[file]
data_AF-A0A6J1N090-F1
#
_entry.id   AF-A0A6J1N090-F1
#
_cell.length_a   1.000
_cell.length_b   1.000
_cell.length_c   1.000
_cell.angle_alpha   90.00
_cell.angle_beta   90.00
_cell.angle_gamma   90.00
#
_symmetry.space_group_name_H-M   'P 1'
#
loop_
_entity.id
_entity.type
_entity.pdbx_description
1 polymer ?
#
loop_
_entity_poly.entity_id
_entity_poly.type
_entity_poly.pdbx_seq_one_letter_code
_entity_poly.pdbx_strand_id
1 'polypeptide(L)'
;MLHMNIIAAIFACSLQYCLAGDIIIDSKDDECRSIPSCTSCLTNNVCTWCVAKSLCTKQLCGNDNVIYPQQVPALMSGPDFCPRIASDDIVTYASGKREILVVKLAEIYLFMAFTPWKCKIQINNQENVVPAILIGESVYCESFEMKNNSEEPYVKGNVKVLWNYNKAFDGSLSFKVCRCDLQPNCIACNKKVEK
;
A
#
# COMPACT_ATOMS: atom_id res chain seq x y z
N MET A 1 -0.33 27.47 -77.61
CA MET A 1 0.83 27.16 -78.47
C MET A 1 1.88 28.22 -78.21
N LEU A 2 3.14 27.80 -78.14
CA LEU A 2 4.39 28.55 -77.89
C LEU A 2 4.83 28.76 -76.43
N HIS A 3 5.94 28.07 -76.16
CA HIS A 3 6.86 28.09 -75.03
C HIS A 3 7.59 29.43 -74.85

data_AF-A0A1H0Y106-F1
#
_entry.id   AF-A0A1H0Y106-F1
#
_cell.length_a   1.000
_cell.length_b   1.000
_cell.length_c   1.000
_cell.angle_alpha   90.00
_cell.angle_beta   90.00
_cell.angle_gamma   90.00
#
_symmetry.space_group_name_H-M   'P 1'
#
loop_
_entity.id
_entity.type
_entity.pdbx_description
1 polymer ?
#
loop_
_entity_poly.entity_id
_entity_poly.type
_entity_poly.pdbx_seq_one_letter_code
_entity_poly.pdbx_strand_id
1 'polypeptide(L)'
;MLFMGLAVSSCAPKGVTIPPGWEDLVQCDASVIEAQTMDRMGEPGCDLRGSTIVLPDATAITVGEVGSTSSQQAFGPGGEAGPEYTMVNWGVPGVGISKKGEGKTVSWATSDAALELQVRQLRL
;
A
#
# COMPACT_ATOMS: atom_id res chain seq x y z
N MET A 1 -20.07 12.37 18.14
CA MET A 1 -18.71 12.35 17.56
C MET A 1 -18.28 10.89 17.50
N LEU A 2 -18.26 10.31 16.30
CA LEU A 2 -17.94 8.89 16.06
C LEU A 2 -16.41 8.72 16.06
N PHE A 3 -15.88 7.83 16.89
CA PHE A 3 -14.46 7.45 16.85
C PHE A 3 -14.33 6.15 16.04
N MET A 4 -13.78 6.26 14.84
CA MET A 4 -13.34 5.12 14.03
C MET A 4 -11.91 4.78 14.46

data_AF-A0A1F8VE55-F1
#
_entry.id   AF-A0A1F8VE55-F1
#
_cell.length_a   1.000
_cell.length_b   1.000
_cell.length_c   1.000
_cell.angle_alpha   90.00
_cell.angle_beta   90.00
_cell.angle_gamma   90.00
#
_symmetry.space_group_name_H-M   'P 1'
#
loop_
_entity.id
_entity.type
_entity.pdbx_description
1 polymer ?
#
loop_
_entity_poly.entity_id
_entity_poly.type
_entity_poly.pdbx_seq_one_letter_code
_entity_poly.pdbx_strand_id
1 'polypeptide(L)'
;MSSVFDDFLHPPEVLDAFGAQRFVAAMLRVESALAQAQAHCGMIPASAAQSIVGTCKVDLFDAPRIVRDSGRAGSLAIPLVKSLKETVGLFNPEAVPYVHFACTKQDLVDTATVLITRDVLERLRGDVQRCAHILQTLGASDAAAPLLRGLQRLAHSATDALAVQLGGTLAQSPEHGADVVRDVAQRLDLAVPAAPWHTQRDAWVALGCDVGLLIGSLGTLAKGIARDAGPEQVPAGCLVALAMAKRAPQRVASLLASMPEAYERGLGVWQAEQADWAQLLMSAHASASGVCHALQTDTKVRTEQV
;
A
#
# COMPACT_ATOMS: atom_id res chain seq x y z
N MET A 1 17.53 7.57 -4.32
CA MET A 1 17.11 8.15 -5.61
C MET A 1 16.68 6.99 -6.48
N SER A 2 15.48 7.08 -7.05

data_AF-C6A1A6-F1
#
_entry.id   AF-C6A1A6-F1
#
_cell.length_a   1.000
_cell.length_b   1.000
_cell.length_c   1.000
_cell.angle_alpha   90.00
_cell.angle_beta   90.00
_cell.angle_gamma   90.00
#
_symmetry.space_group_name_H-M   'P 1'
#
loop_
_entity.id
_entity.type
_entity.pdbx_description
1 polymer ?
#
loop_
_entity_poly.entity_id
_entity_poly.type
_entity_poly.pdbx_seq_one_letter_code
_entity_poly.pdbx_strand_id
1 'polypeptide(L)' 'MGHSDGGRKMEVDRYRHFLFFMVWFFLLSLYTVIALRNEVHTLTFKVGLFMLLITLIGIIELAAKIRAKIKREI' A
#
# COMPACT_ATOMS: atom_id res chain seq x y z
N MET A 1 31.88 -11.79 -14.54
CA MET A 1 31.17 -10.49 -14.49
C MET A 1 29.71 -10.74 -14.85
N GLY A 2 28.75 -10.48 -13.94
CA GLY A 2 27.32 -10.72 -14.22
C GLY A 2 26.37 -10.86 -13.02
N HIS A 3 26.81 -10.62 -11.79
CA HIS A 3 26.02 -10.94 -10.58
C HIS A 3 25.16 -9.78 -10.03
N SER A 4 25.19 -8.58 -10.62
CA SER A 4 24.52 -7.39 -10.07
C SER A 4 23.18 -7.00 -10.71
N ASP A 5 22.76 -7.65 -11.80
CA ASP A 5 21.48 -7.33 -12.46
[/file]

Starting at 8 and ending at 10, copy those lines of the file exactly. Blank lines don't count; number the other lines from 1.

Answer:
_cell.angle_alpha   90.00
_cell.angle_beta   90.00
_cell.angle_gamma   90.00